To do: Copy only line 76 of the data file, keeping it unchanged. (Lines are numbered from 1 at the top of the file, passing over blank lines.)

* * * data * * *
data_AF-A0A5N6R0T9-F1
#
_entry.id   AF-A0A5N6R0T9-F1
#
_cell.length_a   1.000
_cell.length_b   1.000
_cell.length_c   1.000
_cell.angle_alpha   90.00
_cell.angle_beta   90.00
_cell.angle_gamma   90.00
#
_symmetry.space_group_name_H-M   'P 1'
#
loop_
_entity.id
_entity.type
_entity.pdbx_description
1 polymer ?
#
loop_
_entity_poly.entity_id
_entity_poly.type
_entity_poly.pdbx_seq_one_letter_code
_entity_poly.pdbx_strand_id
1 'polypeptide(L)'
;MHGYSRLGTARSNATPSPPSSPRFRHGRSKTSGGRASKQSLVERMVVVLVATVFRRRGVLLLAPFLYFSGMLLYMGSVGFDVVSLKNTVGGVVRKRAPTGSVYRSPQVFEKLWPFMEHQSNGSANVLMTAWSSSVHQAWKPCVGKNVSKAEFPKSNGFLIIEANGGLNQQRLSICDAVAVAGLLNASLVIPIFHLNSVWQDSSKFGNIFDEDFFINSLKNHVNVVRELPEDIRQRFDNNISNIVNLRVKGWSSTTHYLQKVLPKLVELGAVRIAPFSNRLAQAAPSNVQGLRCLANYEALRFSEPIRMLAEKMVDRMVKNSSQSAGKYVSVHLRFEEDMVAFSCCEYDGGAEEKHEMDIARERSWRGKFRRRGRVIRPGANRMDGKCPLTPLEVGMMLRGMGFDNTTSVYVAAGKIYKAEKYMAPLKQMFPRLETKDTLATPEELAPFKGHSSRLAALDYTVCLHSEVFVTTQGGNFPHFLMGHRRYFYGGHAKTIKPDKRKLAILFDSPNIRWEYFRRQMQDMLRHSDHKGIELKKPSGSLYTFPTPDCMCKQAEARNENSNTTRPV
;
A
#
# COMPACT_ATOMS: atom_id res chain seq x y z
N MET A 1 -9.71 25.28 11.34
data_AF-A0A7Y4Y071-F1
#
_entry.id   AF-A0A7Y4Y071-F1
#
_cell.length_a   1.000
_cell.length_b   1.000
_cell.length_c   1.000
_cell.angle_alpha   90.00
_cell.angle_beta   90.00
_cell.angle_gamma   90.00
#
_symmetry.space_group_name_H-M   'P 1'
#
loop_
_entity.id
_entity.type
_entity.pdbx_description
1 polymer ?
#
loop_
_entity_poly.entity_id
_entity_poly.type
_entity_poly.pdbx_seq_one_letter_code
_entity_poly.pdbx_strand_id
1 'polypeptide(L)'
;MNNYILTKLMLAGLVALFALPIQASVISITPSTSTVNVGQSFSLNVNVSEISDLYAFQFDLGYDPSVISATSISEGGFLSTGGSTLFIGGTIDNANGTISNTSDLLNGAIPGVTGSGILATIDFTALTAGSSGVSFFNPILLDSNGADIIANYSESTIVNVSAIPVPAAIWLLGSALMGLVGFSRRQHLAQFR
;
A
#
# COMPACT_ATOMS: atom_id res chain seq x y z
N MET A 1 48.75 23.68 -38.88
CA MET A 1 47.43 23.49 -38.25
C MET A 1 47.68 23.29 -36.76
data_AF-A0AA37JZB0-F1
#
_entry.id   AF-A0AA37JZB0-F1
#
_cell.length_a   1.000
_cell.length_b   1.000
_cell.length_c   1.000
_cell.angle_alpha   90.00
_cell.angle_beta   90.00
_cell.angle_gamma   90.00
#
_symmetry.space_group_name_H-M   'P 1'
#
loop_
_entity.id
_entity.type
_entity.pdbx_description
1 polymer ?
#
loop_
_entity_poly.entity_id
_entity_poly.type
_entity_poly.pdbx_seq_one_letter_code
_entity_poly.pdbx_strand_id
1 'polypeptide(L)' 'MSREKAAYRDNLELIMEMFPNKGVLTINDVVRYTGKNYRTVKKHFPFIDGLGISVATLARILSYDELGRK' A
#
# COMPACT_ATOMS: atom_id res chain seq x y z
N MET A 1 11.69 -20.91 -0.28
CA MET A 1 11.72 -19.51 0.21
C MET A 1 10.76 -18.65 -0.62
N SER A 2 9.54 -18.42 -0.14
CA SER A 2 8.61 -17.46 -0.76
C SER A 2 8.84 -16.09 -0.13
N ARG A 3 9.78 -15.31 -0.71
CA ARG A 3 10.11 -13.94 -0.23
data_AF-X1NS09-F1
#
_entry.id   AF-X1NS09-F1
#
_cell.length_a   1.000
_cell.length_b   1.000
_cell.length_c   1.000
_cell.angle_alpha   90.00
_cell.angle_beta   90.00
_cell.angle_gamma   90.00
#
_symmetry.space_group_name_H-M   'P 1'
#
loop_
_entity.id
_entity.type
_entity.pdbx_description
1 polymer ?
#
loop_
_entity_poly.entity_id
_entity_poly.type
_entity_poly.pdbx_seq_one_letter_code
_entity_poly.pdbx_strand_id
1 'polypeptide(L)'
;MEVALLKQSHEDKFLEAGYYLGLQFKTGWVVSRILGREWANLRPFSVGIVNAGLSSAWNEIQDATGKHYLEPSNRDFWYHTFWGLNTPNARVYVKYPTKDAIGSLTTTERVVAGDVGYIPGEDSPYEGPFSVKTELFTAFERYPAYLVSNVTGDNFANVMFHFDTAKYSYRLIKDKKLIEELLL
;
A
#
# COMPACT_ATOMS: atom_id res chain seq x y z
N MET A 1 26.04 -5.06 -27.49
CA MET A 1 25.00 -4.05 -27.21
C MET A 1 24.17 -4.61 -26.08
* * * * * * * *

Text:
_symmetry.space_group_name_H-M   'P 1'